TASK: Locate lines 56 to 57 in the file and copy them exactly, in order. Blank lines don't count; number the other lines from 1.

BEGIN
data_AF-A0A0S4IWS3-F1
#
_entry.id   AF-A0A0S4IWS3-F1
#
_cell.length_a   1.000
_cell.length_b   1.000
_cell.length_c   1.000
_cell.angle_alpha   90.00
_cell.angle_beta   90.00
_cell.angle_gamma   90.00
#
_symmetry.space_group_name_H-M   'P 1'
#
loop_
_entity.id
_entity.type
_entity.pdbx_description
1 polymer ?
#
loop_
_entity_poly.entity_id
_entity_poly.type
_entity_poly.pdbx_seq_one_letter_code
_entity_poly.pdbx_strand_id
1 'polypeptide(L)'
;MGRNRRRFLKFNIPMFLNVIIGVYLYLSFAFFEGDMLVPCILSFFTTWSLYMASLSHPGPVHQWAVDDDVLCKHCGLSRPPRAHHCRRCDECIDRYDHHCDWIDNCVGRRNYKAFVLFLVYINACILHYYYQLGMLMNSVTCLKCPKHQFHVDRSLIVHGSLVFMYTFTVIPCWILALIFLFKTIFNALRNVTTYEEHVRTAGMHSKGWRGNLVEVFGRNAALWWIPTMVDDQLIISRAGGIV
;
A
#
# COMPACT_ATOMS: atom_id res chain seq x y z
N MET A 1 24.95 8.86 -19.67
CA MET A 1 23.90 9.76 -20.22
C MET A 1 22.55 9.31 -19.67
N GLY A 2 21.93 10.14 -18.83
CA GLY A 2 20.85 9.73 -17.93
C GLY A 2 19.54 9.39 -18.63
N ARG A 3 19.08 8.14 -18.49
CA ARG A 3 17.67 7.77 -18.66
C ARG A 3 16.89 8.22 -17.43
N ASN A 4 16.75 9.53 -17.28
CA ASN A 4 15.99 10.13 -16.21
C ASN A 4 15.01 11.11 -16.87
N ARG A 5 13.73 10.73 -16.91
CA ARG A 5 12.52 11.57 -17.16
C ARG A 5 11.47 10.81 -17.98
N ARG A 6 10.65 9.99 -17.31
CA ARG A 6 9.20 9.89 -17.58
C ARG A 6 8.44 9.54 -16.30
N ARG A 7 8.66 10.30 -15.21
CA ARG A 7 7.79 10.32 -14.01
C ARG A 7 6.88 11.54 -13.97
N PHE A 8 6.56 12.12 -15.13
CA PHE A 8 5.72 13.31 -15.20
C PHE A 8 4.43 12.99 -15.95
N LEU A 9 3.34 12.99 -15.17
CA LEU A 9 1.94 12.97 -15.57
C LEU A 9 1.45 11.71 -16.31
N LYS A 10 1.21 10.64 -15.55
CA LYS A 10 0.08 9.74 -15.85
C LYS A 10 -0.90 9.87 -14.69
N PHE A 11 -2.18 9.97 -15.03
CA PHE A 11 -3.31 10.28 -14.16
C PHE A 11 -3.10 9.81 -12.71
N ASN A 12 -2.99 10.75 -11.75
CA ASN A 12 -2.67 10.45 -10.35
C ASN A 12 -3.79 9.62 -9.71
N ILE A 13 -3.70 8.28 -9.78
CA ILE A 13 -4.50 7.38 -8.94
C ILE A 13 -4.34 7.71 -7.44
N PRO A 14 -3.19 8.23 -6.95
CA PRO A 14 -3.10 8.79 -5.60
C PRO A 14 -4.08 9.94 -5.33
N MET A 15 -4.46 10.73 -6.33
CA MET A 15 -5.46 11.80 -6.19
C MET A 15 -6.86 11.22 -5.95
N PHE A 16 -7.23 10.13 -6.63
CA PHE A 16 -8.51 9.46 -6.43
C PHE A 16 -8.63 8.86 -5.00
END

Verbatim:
CA LEU A 9 1.94 12.97 -15.57
C LEU A 9 1.45 11.71 -16.31